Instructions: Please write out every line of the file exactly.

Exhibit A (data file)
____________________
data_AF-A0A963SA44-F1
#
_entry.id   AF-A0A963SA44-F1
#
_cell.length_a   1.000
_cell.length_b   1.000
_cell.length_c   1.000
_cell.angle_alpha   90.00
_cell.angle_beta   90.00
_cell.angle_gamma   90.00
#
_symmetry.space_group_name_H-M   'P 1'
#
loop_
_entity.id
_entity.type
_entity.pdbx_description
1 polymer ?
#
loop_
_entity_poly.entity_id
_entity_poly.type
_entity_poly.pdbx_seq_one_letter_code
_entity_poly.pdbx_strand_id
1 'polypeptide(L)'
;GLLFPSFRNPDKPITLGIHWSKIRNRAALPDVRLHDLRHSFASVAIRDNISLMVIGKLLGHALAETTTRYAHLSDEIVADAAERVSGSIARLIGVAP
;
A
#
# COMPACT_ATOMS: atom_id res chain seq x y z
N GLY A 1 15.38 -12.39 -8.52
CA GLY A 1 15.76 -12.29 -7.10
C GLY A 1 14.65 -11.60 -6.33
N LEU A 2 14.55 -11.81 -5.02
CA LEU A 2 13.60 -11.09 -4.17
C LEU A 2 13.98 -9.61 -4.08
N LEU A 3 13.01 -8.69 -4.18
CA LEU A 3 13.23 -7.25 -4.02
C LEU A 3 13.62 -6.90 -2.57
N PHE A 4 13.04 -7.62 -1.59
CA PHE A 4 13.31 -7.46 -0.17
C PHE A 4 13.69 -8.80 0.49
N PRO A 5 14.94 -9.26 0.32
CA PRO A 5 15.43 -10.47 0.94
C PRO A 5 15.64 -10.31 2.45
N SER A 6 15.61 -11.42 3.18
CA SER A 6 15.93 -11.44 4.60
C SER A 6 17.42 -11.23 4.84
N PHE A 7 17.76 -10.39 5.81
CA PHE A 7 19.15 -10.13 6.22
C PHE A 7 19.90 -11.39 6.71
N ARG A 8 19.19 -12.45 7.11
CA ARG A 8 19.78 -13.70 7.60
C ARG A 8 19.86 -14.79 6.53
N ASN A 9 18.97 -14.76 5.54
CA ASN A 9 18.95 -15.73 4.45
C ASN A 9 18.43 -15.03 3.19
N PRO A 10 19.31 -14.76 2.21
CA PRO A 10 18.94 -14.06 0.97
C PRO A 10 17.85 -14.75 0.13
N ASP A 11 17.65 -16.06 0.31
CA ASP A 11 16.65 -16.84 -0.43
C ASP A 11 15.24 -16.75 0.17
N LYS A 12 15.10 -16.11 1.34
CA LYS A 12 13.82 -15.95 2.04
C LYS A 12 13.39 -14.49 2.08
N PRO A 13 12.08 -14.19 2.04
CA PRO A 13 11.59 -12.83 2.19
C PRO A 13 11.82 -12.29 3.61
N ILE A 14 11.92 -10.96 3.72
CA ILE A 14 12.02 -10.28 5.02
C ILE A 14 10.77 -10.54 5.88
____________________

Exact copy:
data_AF-A0A963SA44-F1
#
_entry.id   AF-A0A963SA44-F1
#
_cell.length_a   1.000
_cell.length_b   1.000
_cell.length_c   1.000
_cell.angle_alpha   90.00
_cell.angle_beta   90.00
_cell.angle_gamma   90.00
#
_symmetry.space_group_name_H-M   'P 1'
#
loop_
_entity.id
_entity.type
_entity.pdbx_description
1 polymer ?
#
loop_
_entity_poly.entity_id
_entity_poly.type
_entity_poly.pdbx_seq_one_letter_code
_entity_poly.pdbx_strand_id
1 'polypeptide(L)'
;GLLFPSFRNPDKPITLGIHWSKIRNRAALPDVRLHDLRHSFASVAIRDNISLMVIGKLLGHALAETTTRYAHLSDEIVADAAERVSGSIARLIGVAP
;
A
#
# COMPACT_ATOMS: atom_id res chain seq x y z
N GLY A 1 15.38 -12.39 -8.52
CA GLY A 1 15.76 -12.29 -7.10
C GLY A 1 14.65 -11.60 -6.33
N LEU A 2 14.55 -11.81 -5.02
CA LEU A 2 13.60 -11.09 -4.17
C LEU A 2 13.98 -9.61 -4.08
N LEU A 3 13.01 -8.69 -4.18
CA LEU A 3 13.23 -7.25 -4.02
C LEU A 3 13.62 -6.90 -2.57
N PHE A 4 13.04 -7.62 -1.59
CA PHE A 4 13.31 -7.46 -0.17
C PHE A 4 13.69 -8.80 0.49
N PRO A 5 14.94 -9.26 0.32
CA PRO A 5 15.43 -10.47 0.94
C PRO A 5 15.64 -10.31 2.45
N SER A 6 15.61 -11.42 3.18
CA SER A 6 15.93 -11.44 4.60
C SER A 6 17.42 -11.23 4.84
N PHE A 7 17.76 -10.39 5.81
CA PHE A 7 19.15 -10.13 6.22
C PHE A 7 19.90 -11.39 6.71
N ARG A 8 19.19 -12.45 7.11
CA ARG A 8 19.78 -13.70 7.60
C ARG A 8 19.86 -14.79 6.53
N ASN A 9 18.97 -14.76 5.54
CA ASN A 9 18.95 -15.73 4.45
C ASN A 9 18.43 -15.03 3.19
N PRO A 10 19.31 -14.76 2.21
CA PRO A 10 18.94 -14.06 0.97
C PRO A 10 17.85 -14.75 0.13
N ASP A 11 17.65 -16.06 0.31
CA ASP A 11 16.65 -16.84 -0.43
C ASP A 11 15.24 -16.75 0.17
N LYS A 12 15.10 -16.11 1.34
CA LYS A 12 13.82 -15.95 2.04
C LYS A 12 13.39 -14.49 2.08
N PRO A 13 12.08 -14.19 2.04
CA PRO A 13 11.59 -12.83 2.19
C PRO A 13 11.82 -12.29 3.61
N ILE A 14 11.92 -10.96 3.72
CA ILE A 14 12.02 -10.28 5.02
C ILE A 14 10.77 -10.54 5.88